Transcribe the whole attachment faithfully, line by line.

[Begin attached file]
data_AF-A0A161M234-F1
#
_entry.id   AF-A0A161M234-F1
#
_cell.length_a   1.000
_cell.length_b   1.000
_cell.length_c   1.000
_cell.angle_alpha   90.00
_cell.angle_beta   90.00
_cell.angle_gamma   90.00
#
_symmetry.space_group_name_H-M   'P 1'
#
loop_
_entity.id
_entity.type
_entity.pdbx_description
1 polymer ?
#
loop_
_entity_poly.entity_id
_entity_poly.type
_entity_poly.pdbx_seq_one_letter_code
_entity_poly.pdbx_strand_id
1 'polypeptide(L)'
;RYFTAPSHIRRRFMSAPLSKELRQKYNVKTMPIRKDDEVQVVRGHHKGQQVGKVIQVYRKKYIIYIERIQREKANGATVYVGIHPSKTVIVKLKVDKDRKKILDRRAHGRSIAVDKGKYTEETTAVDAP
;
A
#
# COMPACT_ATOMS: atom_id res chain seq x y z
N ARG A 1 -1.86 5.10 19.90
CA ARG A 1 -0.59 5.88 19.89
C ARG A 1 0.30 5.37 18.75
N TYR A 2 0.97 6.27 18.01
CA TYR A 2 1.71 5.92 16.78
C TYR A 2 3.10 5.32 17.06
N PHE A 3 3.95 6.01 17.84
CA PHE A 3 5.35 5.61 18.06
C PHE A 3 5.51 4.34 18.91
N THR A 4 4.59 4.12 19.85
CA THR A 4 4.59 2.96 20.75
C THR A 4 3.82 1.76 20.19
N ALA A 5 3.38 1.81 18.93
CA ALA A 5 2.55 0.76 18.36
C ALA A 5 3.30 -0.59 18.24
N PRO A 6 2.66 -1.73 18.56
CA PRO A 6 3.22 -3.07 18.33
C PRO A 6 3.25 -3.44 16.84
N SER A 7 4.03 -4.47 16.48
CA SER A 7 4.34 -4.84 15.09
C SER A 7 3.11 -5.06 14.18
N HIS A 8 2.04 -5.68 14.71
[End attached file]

data_AF-A0A161M234-F1
#
_entry.id   AF-A0A161M234-F1
#
_cell.length_a   1.000
_cell.length_b   1.000
_cell.length_c   1.000
_cell.angle_alpha   90.00
_cell.angle_beta   90.00
_cell.angle_gamma   90.00
#
_symmetry.space_group_name_H-M   'P 1'
#
loop_
_entity.id
_entity.type
_entity.pdbx_description
1 polymer ?
#
loop_
_entity_poly.entity_id
_entity_poly.type
_entity_poly.pdbx_seq_one_letter_code
_entity_poly.pdbx_strand_id
1 'polypeptide(L)'
;RYFTAPSHIRRRFMSAPLSKELRQKYNVKTMPIRKDDEVQVVRGHHKGQQVGKVIQVYRKKYIIYIERIQREKANGATVYVGIHPSKTVIVKLKVDKDRKKILDRRAHGRSIAVDKGKYTEETTAVDAP
;
A
#
# COMPACT_ATOMS: atom_id res chain seq x y z
N ARG A 1 -1.86 5.10 19.90
CA ARG A 1 -0.59 5.88 19.89
C ARG A 1 0.30 5.37 18.75
N TYR A 2 0.97 6.27 18.01
CA TYR A 2 1.71 5.92 16.78
C TYR A 2 3.10 5.32 17.06
N PHE A 3 3.95 6.01 17.84
CA PHE A 3 5.35 5.61 18.06
C PHE A 3 5.51 4.34 18.91
N THR A 4 4.59 4.12 19.85
CA THR A 4 4.59 2.96 20.75
C THR A 4 3.82 1.76 20.19
N ALA A 5 3.38 1.81 18.93
CA ALA A 5 2.55 0.76 18.36
C ALA A 5 3.30 -0.59 18.24
N PRO A 6 2.66 -1.73 18.56
CA PRO A 6 3.22 -3.07 18.33
C PRO A 6 3.25 -3.44 16.84
N SER A 7 4.03 -4.47 16.48
CA SER A 7 4.34 -4.84 15.09
C SER A 7 3.11 -5.06 14.18
N HIS A 8 2.04 -5.68 14.71